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2018-Dec-22 - Wooroloo - Windows #45

Another Saturday of slow ongoing repair of the window frames.

The second frame received quite of lot of bog and rubbing back.

I also used a small hand held router to reinstate the drip groove and to add grooves to accept flashing on the outside of the jambs.

On Saturday evening I visited the site to retrieve some long pipe clamps and additional dressed jarrah pieces to construct more stiles for the side windows.

On Sunday, after seeing a movie, I clamped the first (dismantled) frame together and renailed it.

For both windows I reinstalled the parting beads.

These tend to pop out of place a little bit so I am applying clamps in a few places and hoping that the primer paint will eventually seal them in to position.

I had previously spent quite a few hours stripping and rubbing these beadings back. I installed them with the exception of one badly hacked piece. For the missing piece I used a new length of Tasmanian Oak that is readily available from Bunnings.

For any future beading I will just be installing new beading and will avoid the whole paint stripping process.


I was lucky and found that the primer holds the parting beads in position once applied on both sides of the bead.

I left this undisturbed for the rest of the day to avoid risking any of the beading popping out of position.

A lot of thinking went in to designing the side panel window frames based on the second hand frames I purchased at Vinsans.

The first window is 15 mm too short.

I have decided to rebuild the stiles myself, following the success I achieved on the RHS main window.

I demolished the donor window - I will need to top and bottom (sill) plates as well as the sashes that I will eventually cut down to the required width.


I spent quite a lot of time touching up the primer on both frames - clamping the beading in position caused a few paint blemishes and bald patches that needed sorting out.

I examined the top and bottom plates from the demolished window and made some judicious cut so that one set of plates can create two side windows.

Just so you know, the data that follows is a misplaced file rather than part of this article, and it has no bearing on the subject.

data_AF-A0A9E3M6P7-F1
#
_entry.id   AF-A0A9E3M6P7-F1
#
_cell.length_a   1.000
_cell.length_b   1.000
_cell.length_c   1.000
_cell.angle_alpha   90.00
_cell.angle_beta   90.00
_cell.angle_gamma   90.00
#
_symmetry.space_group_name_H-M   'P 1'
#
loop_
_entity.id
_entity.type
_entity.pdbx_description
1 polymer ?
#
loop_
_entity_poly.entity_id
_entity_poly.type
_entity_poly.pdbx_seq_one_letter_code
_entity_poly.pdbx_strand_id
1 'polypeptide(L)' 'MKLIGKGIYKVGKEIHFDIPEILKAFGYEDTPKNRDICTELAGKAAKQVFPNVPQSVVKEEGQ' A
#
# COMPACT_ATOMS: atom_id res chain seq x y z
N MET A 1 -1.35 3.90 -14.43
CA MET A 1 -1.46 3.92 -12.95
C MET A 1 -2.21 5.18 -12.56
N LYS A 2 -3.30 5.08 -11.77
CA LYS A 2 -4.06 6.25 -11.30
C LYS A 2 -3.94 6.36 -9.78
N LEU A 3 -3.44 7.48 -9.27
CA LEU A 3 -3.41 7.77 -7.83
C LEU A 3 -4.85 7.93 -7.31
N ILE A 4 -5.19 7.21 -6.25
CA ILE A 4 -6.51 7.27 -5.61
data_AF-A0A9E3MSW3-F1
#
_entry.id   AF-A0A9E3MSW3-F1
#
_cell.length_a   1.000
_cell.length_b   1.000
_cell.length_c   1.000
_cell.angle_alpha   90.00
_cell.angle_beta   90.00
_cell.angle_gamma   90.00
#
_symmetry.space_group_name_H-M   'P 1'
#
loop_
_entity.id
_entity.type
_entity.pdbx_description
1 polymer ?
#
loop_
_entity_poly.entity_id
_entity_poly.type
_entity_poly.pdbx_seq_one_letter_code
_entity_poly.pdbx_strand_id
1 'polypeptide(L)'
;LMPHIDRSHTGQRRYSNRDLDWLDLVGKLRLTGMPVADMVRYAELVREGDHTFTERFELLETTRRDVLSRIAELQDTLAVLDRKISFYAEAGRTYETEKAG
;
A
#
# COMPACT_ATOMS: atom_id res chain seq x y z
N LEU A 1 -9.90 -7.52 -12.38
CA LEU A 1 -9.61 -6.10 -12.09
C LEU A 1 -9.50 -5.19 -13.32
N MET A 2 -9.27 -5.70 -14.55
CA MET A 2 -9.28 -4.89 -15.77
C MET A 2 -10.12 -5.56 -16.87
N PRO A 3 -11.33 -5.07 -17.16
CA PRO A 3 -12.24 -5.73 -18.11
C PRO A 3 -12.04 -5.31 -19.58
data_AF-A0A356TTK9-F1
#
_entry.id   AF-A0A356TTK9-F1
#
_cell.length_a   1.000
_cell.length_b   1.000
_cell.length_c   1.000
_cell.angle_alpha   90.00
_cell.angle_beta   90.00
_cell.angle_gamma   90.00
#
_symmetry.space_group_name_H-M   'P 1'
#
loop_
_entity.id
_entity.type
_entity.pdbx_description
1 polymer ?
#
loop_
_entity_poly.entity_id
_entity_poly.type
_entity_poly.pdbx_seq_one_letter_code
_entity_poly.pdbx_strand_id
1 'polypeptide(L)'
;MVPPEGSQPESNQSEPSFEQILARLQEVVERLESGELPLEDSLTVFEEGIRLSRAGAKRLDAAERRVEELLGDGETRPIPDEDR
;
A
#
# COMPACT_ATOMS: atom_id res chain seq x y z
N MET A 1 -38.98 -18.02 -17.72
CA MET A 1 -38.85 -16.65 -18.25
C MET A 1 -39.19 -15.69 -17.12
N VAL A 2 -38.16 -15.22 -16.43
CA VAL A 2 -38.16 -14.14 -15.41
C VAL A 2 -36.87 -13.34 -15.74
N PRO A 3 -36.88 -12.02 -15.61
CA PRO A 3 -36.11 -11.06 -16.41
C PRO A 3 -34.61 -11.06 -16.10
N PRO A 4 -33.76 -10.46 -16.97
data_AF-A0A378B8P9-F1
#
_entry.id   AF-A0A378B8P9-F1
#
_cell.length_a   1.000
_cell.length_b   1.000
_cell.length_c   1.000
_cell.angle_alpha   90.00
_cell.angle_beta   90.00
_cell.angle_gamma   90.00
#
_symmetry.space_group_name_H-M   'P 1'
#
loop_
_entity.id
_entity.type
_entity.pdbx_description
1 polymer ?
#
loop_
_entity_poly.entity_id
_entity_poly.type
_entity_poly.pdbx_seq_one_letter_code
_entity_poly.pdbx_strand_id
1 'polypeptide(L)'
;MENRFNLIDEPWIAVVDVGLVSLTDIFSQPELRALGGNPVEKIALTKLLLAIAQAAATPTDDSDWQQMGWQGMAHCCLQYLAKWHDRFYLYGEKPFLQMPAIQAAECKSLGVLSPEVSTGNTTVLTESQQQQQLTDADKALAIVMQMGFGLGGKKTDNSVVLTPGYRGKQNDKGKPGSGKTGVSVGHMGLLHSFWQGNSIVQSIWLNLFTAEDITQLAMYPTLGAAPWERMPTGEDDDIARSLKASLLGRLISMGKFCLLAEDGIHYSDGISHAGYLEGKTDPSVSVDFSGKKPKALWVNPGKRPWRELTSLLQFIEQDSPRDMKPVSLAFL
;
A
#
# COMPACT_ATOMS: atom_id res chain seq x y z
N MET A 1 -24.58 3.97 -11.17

I started building the stiles - this will take a number of days as I only have enough clamps, and a clamping surface to build one at a time.

Each stile is based on two lengths of 90 x 45 mm jarrah timber - thicknessing down to 40 mm is required for each piece followed by markup and biscuit cutting, then gluing and clamping for 24 hours.

While one set was clamped and glued I prepared a second set of timbers ready for the next day.

I returned to painting the two main windows with primer and then moved on to paint stripping the top and bottom plates for the side windows.


Mainly,I ate too much post Christmas fare and fell asleep in front of television - I did do something but I cannot remmber it in detail - possibly I started biscuit joining timbers to create stiles for the small windows plus a bit of priming of the large windows. Also continued stripping the top and bottom sills for the small windows.


I cleaned away the paint stripping shavings that I had collected on butcher's paper.

This was followed up by cleaning up with the high pressure washer.

I realised that there was a defect on one of the large window frames that needed bogging and then priming.

Also I spent some time relocating the large window frames to the Western verandah and touched up a second coat of primer.

Later in the day I thicknessed two pieces of jarrah down to 40 mm and used the biscuit cutter to join them followed by some serious clamping.

Finally I cleaned up the small sills a bit further and cut all sills down to 735 mm.

2nd frame fully repaired, parting beads installed

1st frame reassembled, parting beads installed

One of the main windows primed

One of the donor windows before dismantling

Timbers selected for biscuit joining

Biscuit slots cut

Biscuit joined, glued, clamped

Donor window plates halved